CABLE FROM SOVIET AMBASSADOR TO CUBA ALEKSEEV TO USSR FOREIGN MINISTRYCITATION SHARE DOWNLOAD
get citationAlekseev relays Castro’s responses to a letter from Khrushchev."Cable from Soviet Ambassador to Cuba Alekseev to USSR Foreign Ministry" October 31, 1962, History and Public Policy Program Digital Archive, Archive of Foreign Policy, Russian Federation (AVP RF), Moscow; copy obtained by NHK (Japanese Television), provided to CWIHP, and on file at National Security Archive, Washington, D.C.; translation by Vladimir Zaemsky http://digitalarchive.wilsoncenter.org/document/112640
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Met Fidel Castro and gave to him letter from N.S. Khrushchev.1
Castro read it attentively and, while doing so, made two remarks.
1. There are not [merely] some Cuban comrades who do not understand the decision regarding the removal of the special weapons, but the whole Cuban people.
2. Apparently, N.S. Khrushchev did not understand me or the translation was not correct since in the cable of 27 [26?] October I did not suggest to be the first in delivering a blow against the adversary territory during the crisis, but in the case if there were an aggression against Cuba and Soviet people would be perishing together with the Cubans.2
I told Castro that the translation had been made correctly and, I suppose, the sense of his cable had been understood correctly in Moscow since it was clearly said there about the condition of an aggression against Cuba, but even in this case it is hardly possible to approach merely mechanically such an important issue and to use nuclear arms without looking for other means.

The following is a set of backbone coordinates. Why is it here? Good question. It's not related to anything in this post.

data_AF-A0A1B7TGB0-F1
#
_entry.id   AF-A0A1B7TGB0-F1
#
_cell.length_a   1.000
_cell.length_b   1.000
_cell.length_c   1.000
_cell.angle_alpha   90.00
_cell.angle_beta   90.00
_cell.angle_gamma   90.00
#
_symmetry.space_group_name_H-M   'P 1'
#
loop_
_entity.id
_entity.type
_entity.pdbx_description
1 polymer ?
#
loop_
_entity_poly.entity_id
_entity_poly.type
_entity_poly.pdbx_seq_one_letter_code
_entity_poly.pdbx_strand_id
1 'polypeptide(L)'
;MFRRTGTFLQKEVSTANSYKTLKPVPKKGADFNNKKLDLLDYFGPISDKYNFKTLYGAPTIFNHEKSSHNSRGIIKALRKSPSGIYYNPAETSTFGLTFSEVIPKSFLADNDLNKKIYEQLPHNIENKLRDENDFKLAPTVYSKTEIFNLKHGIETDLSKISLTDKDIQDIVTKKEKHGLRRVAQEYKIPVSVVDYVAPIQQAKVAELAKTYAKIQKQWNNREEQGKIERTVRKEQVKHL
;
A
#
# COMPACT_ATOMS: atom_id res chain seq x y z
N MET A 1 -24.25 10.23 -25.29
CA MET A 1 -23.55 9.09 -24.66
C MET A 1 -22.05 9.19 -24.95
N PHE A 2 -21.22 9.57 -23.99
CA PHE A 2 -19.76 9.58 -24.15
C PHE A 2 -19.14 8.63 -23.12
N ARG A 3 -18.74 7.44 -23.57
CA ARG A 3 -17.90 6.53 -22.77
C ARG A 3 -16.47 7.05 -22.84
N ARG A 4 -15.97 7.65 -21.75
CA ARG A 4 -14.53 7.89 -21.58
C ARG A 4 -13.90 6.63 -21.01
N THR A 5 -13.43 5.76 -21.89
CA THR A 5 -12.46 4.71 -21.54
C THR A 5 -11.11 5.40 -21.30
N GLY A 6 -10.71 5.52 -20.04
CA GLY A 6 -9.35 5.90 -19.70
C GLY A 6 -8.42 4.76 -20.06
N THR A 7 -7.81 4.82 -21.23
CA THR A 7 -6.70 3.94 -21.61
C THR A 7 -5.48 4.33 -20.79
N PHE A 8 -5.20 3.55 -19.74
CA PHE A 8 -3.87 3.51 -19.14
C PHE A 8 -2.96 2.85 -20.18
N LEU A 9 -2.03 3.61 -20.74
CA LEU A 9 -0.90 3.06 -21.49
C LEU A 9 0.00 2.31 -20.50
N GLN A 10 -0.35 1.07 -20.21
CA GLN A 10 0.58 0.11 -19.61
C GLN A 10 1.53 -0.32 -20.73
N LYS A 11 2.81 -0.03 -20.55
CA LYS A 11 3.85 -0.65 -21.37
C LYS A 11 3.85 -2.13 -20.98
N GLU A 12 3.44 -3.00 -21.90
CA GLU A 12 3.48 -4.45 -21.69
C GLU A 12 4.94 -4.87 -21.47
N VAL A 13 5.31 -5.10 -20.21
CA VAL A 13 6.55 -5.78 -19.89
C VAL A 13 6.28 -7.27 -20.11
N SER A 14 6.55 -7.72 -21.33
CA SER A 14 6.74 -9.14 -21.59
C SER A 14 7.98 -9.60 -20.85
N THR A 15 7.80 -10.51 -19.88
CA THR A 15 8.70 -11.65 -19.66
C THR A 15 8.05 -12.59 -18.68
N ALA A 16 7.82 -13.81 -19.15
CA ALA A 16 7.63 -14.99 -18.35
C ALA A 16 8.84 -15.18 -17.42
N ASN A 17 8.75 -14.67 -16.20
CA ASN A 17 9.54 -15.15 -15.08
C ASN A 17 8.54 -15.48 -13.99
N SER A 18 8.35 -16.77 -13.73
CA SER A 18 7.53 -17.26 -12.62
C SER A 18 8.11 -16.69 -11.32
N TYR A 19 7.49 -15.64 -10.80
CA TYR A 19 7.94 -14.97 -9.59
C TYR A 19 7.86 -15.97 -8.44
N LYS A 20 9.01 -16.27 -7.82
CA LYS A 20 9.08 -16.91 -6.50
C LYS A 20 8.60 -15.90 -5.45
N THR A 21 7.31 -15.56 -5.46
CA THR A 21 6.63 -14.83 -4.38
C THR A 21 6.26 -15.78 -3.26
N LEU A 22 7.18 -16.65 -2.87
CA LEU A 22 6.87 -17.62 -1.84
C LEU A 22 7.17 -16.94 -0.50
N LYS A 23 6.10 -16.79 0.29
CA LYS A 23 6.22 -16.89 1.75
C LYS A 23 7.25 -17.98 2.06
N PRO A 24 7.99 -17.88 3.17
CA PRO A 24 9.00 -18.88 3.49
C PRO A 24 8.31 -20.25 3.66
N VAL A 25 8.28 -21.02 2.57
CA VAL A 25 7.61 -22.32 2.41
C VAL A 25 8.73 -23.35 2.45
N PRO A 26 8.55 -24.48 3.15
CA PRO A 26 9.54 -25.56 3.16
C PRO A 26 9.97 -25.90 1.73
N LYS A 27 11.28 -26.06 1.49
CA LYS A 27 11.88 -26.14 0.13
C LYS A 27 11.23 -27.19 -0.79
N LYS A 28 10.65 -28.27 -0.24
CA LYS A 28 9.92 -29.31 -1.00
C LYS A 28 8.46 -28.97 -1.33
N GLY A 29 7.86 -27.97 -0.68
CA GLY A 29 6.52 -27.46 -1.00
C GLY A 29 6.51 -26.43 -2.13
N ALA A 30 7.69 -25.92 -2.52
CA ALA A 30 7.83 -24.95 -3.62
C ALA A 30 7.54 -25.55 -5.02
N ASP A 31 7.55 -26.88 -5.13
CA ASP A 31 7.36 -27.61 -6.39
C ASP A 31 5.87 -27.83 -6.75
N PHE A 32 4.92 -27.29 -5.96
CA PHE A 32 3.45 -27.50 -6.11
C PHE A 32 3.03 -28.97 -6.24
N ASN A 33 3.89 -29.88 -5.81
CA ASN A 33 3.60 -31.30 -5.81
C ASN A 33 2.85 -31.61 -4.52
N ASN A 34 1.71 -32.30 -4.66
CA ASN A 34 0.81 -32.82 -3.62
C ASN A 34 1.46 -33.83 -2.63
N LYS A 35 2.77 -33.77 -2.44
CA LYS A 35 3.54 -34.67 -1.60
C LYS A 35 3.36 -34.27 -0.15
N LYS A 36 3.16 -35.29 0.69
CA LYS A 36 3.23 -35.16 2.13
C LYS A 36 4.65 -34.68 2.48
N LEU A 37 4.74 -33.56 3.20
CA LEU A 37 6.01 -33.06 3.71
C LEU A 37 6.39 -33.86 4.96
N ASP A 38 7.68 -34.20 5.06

Castro didn't make any additional comment on the letter and said that it was necessary to read it once more and to think.
Today Castro was more composed and said that Da'Cunha, a Brazilian general, had come to see him with a personal message from [Brazilian President Joao] Goulart and suggested the good offices of Brazil in settling the conflict with the USA upon receiving from them non-aggression guarantees. Da'Cunha said that Brazil would not break relations with Cuba and would continue to trade.
He suggested to begin gradual disarmament upon receiving guarantees and to come forward with a statement about Cuba's non-interference into affairs of the Latin American countries.
Castro said that such an approach is the most correct one and therefore the Cubans had told Da'Cunha that they had been accepting such a mediation and were ready for the suggested measures under the condition that the USA accept the 5 points of the Cuban statement including that of eliminating the Guantanamo base. Castro asked what have we spoken about with U Thant and himself informed [me] about their conversation, what has already been recounted to me by Dorticos.
1. Alekseev evidently refers to Khrushchev's letter to Castro dated 30 October 1962; an English translation can be found in an appendix to Blight, Allyn, and Welch, Cuba on the Brink, 485-488.
2. Castro here refers to his message to Khrushchev dated 26 October 1962, an English translation of which appears in an appendix to Blight, Allyn, and Welch, Cuba on the Brink, 481-482.
[Source: Archive of Foreign Policy, Russian Federation (AVP RF), Moscow; copy obtained by NHK (Japanese Television), provided to CWIHP, and on file at National Security Archive, Washington, D.C.; translation by Vladimir Zaemsky.]